the story: Weyoun's latest clone goes rogue.
what it's all about: So, Deep Space Nine never got the memo that Star Trek is supposed to be unfriendly in matters of faith. This usually took the form of the Bajorans, but there were many branches, and one of them involved the Dominion, which although it's known as the element of the series that took it in a completely different direction from the show's origins, actually complements it quite nicely. Because the Dominion, among other things, consisted of the Founders and the Vorta. The Founders, who turned out to be Odo's people, engineered the Vorta, and others, to view them as gods. This proved to be a somewhat nebulous concept, except, finally, in "Treachery, Faith, and the Great River."
This is also, by the way, the Weyoun episode. I call it that, even though Weyoun as a character goes back to the fourth season ("To the Death"), because this is the one real spotlight the character had in the series despite numerous appearances. It only figures, because Weyoun was, generally speaking, an unapologetic bad guy in a series that found shades of gray in nearly everyone. Weyoun certainly had less than completely adversarial appearances ("In the Cards" is actually pretty relevant to the b-story in the episode, but more on that in a bit), but those were the exception that proved the rule.
What was most fascinating about Weyoun was that he was a clone. The first time we see him he's already gone through nearly half a dozen iterations. The one present during the sixth season war arc occupying the station apparently died off-screen prior to "Treachery." The one that is featured in "Treachery" is "defective," deficient in the programming the Founders use to ensure loyalty. The results are a little like the Next Generation classic "The Defector," in which a Romulan comes to Picard requesting asylum and with a lot of useful information (or so he thinks). This Weyoun wants to tell Odo what he knows, too, and that makes him a huge target, so the episode spends its time with him and Odo hunted by the next Weyoun, all the while Odo having the most peculiar conversation he'll ever have.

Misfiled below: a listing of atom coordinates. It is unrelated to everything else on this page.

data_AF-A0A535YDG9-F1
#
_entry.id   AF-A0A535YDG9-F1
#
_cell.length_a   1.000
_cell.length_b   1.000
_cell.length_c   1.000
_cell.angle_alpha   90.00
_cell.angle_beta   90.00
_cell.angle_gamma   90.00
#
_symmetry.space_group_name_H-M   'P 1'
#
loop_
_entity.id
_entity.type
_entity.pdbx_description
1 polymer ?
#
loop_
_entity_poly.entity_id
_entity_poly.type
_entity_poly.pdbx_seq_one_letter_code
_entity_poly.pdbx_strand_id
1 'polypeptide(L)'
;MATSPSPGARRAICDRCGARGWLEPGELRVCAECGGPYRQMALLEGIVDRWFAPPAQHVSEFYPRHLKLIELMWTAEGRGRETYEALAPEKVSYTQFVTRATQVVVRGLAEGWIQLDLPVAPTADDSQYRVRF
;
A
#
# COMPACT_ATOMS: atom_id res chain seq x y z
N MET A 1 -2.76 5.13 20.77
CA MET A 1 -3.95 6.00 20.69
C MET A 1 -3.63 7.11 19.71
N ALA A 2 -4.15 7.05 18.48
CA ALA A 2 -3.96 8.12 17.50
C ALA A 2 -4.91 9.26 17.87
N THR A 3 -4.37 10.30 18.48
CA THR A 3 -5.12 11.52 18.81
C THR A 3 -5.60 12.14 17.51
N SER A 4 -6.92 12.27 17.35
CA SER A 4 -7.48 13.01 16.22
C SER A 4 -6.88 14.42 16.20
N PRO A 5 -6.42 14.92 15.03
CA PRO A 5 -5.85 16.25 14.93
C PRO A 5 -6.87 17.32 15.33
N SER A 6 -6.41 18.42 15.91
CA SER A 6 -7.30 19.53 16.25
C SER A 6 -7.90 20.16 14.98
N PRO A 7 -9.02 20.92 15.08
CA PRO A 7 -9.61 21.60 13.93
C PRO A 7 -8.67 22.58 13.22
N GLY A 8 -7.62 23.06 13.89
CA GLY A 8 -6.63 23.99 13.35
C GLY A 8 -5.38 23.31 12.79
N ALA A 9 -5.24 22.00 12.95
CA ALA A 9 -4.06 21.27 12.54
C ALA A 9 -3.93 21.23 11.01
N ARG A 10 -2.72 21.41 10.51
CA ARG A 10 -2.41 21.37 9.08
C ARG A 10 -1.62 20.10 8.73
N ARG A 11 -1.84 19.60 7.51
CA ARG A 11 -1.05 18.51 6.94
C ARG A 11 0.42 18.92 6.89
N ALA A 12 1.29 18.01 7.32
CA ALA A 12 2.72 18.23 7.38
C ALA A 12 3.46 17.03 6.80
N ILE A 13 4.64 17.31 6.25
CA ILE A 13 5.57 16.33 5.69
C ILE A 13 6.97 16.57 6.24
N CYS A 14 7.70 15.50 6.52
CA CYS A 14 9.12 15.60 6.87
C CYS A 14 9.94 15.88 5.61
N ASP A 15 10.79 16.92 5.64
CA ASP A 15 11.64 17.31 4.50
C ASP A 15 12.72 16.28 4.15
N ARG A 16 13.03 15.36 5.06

Because Odo has long struggled with the legacy of his people, above and beyond their relationship to the Dominion. That it means he's invariably treated as a god, too, when confronted by representatives of the Dominion has been as uncomfortable to him as Sisko's relationship to his role as the Emissary. But like "Chrysalis" before it, "Treachery" is less about the main character featured in the episode, and more about the guest-star (again breaking the rules).
It's fascinating, compelling stuff, and suspenseful! And heartbreaking.
And there's a b-story, too, and it's equally good, even if it has a completely different tone. It features Nog getting to get his Ferengi on, which is something that had been denied him ever since he decided to join Starfleet. There were flashes of it in "In the Cards," but it's alarmingly and awesomely on full display in "Treachery," which proves all over again how unique Nog has become. He may not subscribe to Ferengi notions of greed anymore, but he still believes that business is a unique phenomenon and if respected can pull off miracles. He proceeds to make a series of incomprehensible deals to pull off yet another war story that Deep Space Nine was wise enough to pursue, other than the business of war itself (which will also come home to roost for Nog, soon enough), how to come up with needed supplies when the supply line has been stretched thin. It's also a fun way to watch more day-to-day concerns come to the surface, which was another thing Deep Space Nine so reliably did well.
- franchise - A completely unique Star Trek experience.
- series - Yet another unique war story. Or two.
- character - It's the Weyoun story you never expected.
- essential - A classic is defined by the ability to do the previously unthinkable, and that's exactly what this one does.
Jeffrey Combs (Weyoun)
Aron Eisenberg (Nog)
Casey Biggs (Damar)
J.G. Hertzler (Martok)
Salome Jens (Female Founder)
Max Grodenchik (Rom)